Also everywhere I’m looking at kids, adults mostly don’t seem to like them, not even the parents do. They call the kids gorgeous and so cute, they make the kids do the thing all over again so they can take a photo, but they don’t want to actually play with them, they’d rather drink coffee talking to other adults. Sometimes there’s a small kid crying and the Ma of it doesn’t even hear.
This is not the only way in which Room becomes didactic. We soon discover that, apart from the medical staff charged with Jack and Ma’s treatment, the world is full of adults who are conveniently clueless about how to read Jack’s normal abnormality. His grandmother wonders aloud about how the boy managed to spend his first five years without Lego: ‘Growing up without Lego … I literally can’t imagine it.’ A member of her book club suggests that maybe his isolation was quite restful: ‘I spent a week in a monastery in Scotland once … it was so peaceful.’ A TV interviewer tells Ma that ‘Every day he needed a wider world, and the only one you could give him got narrower. You must have been tortured by the memory of everything Jack didn’t even know to want. Friends, school, grass, swimming, rides at the fair.’ This useful obtuseness is flourished in order to drive home the novel’s argument that common sense must be inverted – that, in fact, an apparently narrow world may be, to the child, as wide as the universe. Dr Clay produces a line of Emily Dickinson that – oh dear – could have been the novel’s epigraph: ‘The Soul selects her own Society – Then – shuts the Door’. Why, she even capitalises her nouns, like Jack!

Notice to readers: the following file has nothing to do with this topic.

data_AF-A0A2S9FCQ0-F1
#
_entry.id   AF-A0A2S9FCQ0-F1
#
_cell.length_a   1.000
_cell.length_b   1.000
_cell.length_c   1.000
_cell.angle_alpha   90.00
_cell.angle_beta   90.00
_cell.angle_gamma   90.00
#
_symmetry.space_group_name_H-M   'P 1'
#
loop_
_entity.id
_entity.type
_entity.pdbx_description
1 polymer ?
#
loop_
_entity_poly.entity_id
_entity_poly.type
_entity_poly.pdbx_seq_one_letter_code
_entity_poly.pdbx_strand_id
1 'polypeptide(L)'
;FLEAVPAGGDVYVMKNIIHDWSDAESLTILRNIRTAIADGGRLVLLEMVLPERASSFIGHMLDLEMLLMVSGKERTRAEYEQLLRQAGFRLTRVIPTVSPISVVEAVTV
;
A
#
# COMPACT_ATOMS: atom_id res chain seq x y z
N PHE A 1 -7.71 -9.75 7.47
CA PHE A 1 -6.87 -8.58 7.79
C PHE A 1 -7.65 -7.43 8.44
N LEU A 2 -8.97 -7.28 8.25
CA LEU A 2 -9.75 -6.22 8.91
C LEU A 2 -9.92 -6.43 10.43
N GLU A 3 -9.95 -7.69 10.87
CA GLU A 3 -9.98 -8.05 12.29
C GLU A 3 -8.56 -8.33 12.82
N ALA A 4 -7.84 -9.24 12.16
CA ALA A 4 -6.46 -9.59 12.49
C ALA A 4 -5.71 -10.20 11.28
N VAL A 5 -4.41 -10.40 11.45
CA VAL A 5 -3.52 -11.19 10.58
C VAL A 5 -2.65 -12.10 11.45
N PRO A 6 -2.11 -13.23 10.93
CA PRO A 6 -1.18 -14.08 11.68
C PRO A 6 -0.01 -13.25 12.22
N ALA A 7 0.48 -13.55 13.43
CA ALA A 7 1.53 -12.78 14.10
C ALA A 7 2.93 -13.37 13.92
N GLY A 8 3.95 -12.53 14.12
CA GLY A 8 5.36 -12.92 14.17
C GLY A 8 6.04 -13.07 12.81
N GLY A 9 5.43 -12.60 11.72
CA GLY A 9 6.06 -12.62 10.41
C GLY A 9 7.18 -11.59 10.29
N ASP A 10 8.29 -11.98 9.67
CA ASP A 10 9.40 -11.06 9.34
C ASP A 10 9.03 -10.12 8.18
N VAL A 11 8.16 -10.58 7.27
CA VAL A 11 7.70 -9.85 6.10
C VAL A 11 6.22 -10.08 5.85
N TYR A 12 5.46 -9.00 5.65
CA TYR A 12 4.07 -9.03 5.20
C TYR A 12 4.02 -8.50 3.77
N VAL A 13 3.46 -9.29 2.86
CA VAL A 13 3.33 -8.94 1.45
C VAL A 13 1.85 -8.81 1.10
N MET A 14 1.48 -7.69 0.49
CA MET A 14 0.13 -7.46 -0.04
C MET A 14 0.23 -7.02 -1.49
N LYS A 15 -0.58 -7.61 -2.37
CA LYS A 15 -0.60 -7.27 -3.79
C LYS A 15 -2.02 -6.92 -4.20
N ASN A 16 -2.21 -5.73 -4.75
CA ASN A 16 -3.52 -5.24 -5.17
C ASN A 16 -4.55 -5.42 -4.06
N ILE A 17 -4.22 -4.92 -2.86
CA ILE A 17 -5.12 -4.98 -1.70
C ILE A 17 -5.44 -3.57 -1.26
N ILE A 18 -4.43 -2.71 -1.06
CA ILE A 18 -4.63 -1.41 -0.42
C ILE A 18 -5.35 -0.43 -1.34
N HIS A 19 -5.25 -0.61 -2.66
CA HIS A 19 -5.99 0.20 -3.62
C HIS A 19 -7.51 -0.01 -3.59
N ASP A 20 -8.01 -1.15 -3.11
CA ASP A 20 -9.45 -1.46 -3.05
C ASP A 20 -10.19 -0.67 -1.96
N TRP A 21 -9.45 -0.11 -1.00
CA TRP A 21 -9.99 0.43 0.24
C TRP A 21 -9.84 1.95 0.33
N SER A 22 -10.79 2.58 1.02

But the universality of this vision is problematic. On the one hand, Jack loses his uniqueness, and becomes not just every child, but – in Dickinson’s sense – every Soul, a vessel bearing a wide and unarguable truth about the private construction of reality. On the other hand, if Jack is like every child, then the novel does not need the horror of his particularity, and Donoghue’s theft from the 2008 newspapers begins to seem exploitative and a little cheap. Indeed, there are times when Room manages the difficult art of being at once banal and sensational: its normality is too normal, its abnormality too abnormal.
Does anyone really imagine that Jack’s inner life, with his cracks about Pizza Houses and horse stables and high-fives, is anything like five-year-old Felix Fritzl’s? The real victim’s imaginings and anxieties must have been abysmal, in the original sense (unimaginable, bottomless), and the novel’s sure-footed appropriation of this unknowability seems offensive precisely in its sure-footedness. Jack’s ordinariness is part of his essential cheerfulness in the first part of the novel: we are supposed to feel that the escape from Room is a fall into the incomprehensibly adult world, even a loss, a kind of exaggerated and necessarily garish rite of corruption. But that basic cheerfulness, and that obligingly charming voice, lend the book an inappropriate lightness. Though Donoghue, at the end, keeps open the question of whether Jack will ever really adapt to Outside, his cute confidings carry a suggestion that things will probably work out. And the book’s final scene, in which mother and son revisit Room (now a police crime scene) to say a decisive farewell, reeks of ‘closure’: ‘“Goodbye, Room.” I wave up at Skylight. “Say goodbye,” I tell Ma. “Goodbye, Room.”’ The phrasing of the novel’s last sentences nuzzles up to the language of Margaret Wise Brown’s Goodnight Moon, so that what was probably intended as sombre by Donoghue sounds velvet-lined and cosy. Dr Clay’s therapy may not yet have worked, but Donoghue’s therapy seems on the verge of success: where Room was, let there be Redemption.